From the Semitic root for "ruin", the name given in archaeology to an artificial mound built of successive layers of mudbrick and refuse left by continuous levels of occupation. The mounds can reach impressive heights; Megiddo in Palestine stands at over 70 ft, while Lachish stands at over 100.

The general Near Eastern landscape and climate is rather hostile to wide-spread habitation without human intervention. The rainfall is on average 200-250 mm annually, well below the 300-350 mm required every 3 out of 5 years to support subsistence agriculture. The solution, at least since the Ubaid period, has been to build settlements on the occasional strips of land irrigated naturally by rivers, and to develop canals to extend the water supply into the surrounding fields. A natural side-effect of this process is that particular sites are continually inhabited over long periods of time; there are few sites suitable for development, and it is easier to maintain earlier canals and settlements than to start afresh.

As the settlements expand, basic buildings made of mudbrick and reed deteriorate, while even sturdier buildings of stone are destroyed and rebuilt. As each area is destroyed, the materials are leveled and used as foundations for their replacements. Occasionally, an entire city is destroyed in war or burned by a major fire, and these too become layers in the archaeological record. Even when the city is finally abandoned and becomes covered in sand and soil, it is often still used today as pasturage for a local village or nomadic group. The Tell El Jib, the site in the earlier part of this century of a commonly used well, was found after digging to be the site of the ancient city of Gibeon. The layers thus form a datable series of strata, forming an archaeological record of the political changes in a city.

Countless tells dot the landscape of the Near East, most of which remain unexcavated. Usually a site is chosen after a careful surface survey, collecting potsherds which have settled to the top of the mound. If the surface survey is favourable, the next step is usually to dig a step trench, basically cutting an insection into the mound from which a representative portion of the layers are visible; recent excavations at Tell Hamoukkar in Syria have revealed layers of walls from the Islamic, Persian, and Assyrian periods, all the way back to the Sumerian in the bottom-most layer.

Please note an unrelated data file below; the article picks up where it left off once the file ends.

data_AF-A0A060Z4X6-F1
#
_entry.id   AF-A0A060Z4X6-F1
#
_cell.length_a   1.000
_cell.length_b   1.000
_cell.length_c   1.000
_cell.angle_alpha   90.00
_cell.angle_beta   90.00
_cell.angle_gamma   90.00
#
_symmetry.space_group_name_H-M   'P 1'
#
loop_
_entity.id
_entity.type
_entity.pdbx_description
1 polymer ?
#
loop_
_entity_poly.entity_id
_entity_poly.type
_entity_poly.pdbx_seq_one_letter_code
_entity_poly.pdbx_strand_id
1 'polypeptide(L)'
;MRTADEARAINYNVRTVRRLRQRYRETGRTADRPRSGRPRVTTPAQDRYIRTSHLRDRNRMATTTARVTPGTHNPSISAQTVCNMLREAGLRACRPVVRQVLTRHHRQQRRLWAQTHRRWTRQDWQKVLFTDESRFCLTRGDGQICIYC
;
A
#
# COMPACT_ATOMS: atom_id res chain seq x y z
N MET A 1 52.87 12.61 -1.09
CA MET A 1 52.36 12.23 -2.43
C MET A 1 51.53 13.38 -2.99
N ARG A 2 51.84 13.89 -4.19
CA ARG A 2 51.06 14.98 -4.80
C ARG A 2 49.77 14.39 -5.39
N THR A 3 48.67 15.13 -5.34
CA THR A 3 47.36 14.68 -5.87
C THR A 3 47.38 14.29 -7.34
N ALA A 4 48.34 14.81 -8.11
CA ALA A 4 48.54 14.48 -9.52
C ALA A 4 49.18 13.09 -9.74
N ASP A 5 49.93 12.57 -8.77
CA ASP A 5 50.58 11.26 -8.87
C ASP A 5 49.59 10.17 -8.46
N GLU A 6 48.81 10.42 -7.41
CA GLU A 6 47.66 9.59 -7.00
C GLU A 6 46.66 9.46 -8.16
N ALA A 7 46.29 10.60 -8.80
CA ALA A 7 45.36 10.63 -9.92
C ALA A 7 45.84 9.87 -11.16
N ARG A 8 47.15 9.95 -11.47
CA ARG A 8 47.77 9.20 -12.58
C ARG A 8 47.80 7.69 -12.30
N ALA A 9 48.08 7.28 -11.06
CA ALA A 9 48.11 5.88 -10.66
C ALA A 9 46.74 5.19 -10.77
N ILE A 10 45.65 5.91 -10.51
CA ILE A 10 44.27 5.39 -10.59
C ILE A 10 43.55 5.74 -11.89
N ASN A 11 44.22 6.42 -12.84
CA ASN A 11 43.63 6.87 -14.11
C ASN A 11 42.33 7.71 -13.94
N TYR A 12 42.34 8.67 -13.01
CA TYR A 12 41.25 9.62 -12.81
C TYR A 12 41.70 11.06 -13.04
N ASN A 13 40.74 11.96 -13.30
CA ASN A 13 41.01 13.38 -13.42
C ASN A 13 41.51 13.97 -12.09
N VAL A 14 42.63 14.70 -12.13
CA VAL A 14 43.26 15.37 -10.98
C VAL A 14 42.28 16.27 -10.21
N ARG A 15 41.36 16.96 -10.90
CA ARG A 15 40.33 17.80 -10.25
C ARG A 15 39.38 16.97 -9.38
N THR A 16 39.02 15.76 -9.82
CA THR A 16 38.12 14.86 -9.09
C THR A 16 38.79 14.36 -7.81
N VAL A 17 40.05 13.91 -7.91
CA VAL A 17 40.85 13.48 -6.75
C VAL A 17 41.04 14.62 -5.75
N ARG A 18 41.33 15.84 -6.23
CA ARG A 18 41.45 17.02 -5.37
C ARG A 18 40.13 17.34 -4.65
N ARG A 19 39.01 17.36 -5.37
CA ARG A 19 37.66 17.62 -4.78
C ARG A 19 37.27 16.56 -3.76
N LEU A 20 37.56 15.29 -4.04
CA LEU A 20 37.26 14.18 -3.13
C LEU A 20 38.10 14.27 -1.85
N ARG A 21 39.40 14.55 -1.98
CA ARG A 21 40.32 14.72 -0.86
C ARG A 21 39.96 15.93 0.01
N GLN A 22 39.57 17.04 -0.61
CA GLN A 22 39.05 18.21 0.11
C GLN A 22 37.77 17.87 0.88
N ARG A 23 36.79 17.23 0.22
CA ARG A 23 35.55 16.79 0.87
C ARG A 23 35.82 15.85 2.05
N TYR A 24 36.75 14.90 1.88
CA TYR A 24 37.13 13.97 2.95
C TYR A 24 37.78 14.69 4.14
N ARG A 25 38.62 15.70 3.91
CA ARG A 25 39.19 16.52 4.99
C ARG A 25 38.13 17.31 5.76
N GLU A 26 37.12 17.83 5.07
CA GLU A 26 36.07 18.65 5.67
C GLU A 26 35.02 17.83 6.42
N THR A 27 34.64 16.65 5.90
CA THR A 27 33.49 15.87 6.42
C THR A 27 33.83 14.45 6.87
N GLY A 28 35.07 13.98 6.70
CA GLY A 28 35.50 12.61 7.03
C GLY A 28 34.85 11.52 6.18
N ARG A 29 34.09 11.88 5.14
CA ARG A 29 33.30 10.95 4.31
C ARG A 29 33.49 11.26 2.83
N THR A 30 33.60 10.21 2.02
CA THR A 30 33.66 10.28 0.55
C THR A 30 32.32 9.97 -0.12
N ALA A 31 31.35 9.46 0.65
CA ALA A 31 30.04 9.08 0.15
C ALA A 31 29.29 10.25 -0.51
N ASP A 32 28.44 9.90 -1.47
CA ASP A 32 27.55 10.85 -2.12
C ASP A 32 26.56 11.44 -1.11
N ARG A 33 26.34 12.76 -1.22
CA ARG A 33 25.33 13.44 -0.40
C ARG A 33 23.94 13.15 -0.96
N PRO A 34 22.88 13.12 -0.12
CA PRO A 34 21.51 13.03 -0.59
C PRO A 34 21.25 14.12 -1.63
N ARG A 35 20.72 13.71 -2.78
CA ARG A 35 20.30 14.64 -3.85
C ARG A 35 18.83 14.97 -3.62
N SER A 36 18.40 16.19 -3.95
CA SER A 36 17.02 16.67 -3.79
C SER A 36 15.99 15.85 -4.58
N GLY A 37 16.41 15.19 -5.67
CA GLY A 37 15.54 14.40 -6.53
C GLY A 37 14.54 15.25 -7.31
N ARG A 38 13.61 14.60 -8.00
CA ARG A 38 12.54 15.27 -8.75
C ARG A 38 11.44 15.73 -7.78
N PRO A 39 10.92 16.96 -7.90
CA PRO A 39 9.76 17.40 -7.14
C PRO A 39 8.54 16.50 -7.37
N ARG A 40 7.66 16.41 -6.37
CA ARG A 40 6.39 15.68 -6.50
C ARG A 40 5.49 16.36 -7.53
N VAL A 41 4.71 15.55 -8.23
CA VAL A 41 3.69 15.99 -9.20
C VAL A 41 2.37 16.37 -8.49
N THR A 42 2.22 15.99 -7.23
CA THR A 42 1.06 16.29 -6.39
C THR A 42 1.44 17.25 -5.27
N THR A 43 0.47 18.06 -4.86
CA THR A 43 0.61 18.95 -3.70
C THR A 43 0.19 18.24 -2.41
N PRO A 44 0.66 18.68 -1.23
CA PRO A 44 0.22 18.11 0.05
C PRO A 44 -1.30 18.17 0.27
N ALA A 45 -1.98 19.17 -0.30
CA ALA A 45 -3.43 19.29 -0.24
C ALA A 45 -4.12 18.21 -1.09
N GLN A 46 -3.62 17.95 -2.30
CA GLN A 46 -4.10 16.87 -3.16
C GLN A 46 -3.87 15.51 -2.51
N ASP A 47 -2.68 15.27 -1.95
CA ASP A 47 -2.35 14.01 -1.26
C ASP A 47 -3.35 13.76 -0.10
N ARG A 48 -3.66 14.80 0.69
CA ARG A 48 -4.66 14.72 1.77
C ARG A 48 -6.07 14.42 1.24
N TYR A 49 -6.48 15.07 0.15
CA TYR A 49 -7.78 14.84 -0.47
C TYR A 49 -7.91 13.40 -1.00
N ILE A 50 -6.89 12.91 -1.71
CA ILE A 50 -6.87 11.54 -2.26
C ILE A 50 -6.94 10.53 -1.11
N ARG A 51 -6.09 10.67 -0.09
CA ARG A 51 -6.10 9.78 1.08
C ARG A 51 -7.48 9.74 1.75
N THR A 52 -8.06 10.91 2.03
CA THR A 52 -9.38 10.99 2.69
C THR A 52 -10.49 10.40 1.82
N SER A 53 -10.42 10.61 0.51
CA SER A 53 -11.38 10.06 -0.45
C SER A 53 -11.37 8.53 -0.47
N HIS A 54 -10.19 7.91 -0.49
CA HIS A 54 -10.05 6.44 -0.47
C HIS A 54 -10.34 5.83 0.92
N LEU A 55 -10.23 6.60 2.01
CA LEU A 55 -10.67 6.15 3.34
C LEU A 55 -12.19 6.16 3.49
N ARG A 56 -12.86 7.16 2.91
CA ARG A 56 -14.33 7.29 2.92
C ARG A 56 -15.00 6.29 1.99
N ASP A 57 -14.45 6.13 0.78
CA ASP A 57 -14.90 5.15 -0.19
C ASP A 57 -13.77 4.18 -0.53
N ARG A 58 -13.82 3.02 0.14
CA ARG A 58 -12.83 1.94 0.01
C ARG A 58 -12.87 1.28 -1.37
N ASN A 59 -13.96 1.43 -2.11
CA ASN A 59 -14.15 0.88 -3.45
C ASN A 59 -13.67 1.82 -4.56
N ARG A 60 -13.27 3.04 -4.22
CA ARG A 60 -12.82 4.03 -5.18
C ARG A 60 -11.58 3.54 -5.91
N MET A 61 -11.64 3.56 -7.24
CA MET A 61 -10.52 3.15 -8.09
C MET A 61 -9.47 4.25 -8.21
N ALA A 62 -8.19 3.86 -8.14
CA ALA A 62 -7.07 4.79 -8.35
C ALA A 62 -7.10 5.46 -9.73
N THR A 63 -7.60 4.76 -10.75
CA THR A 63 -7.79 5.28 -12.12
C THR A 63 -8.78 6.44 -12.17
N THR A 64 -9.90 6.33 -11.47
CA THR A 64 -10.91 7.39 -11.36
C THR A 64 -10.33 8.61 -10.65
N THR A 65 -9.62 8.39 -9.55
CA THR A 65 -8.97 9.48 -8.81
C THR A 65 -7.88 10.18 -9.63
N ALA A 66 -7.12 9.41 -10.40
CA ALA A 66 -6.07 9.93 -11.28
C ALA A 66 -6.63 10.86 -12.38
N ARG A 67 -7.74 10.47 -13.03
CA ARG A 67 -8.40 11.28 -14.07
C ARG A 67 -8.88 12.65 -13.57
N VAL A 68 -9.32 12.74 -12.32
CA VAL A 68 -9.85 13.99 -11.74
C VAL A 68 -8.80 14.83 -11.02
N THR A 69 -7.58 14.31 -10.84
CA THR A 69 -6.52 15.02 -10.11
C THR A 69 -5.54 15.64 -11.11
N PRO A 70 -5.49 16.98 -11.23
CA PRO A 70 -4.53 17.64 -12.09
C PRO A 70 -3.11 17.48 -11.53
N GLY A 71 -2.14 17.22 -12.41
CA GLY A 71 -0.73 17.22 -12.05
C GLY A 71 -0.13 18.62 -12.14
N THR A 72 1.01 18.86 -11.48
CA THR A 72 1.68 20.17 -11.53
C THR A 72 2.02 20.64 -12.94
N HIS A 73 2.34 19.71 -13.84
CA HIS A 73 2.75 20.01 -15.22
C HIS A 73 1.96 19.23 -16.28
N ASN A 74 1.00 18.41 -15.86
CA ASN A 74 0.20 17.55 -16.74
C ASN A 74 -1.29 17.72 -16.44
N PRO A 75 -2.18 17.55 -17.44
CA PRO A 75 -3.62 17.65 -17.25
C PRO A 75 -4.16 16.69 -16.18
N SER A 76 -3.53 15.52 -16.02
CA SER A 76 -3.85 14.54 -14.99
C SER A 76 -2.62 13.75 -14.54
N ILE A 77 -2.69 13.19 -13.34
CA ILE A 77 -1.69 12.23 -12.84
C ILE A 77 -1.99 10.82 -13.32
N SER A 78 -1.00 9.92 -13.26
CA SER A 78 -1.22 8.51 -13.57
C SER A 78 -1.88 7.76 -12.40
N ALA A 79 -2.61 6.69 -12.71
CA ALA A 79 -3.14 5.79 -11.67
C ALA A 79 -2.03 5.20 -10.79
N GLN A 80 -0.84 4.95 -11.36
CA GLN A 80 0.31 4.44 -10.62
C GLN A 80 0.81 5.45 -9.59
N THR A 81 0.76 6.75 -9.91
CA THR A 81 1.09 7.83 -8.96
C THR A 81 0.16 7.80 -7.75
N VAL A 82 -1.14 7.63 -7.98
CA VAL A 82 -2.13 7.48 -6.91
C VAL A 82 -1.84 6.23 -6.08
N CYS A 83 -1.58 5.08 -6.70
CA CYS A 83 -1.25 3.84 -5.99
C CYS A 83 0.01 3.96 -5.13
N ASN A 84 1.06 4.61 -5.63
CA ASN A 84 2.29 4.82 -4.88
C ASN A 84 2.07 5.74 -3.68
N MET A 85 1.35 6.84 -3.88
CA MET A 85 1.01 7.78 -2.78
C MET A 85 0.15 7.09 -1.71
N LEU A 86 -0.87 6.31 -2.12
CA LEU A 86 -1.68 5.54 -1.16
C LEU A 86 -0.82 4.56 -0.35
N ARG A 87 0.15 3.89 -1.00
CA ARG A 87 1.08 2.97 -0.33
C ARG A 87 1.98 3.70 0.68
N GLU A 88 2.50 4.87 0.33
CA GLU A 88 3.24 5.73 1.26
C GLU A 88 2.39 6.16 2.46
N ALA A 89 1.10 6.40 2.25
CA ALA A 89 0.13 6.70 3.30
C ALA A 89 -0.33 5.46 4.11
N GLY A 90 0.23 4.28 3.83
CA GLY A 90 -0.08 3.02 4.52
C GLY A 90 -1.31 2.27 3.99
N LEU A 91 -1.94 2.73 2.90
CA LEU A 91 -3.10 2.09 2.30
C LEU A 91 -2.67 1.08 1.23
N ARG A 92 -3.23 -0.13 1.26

Tell (?), v. t. [imp. & p. p. Told (?); p. pr. & vb. n. Telling.] [AS. tellan, from talu tale, number, speech; akin to D. tellen to count, G. zahlen, OHG. zellen to count, tell, say, Icel. telja, Dan. tale to speak, taelle to count. See Tale that which is told.]


To mention one by one, or piece by piece; to recount; to enumerate; to reckon; to number; to count; as, to tell money.

"An heap of coin he told."


He telleth the number of the stars. Ps. cxlvii. 4.

Tell the joints of the body. Jer. Taylor.


To utter or recite in detail; to give an account of; to narrate.

Of which I shall tell all the array. Chaucer.

And not a man appears to tell their fate. Pope.


To make known; to publish; to disclose; to divulge.

Why didst thou not tell me that she was thy wife? Gen. xii. 18.


To give instruction to; to make report to; to acquaint; to teach; to inform.

A secret pilgrimage, That you to-day promised to tell me of? Shak.


To order; to request; to command.

He told her not to be frightened. Dickens.


To discern so as to report; to ascertain by observing; to find out; to discover; as, I can not tell where one color ends and the other begins.


To make account of; to regard; to reckon; to value; to estimate.


I ne told no dainity of her love. Chaucer.

Tell, though equivalent in some respect to speak and say, has not always the same application. We say, to tell truth or falsehood, to tell a number, to tell the reasons, to tell something or nothing; but we never say, to tell a speech, discourse, or oration, or to tell an argument or a lesson. It is much used in commands; as, tell me the whole story; tell me all you know.

To tell off, to count; to divide. Sir W. Scott.

Syn. -- To communicate; impart; reveal; disclose; inform; acquaint; report; repeat; rehearse; recite.


© Webster 1913.

Tell, v. i.


To give an account; to make report.

That I may publish with the voice of thankgiving, and tell of all thy wondrous works. Ps. xxvi. 7.


To take effect; to produce a marked effect; as, every shot tells; every expression tells.

To tell of. (a) To speak of; to mention; to narrate or describe. (b) To inform against; to disclose some fault of. -- To tell on, to inform against. [Archaic & Colloq.]

Lest they should tell on us, saying, So did David. 1 Sam. xxvii. 11.


© Webster 1913.

Tell, n.

That which is told; tale; account.


I am at the end of my tell. Walpole.


© Webster 1913.

Tell, n. [Ar.]

A hill or mound.

W. M. Thomson.


© Webster 1913.

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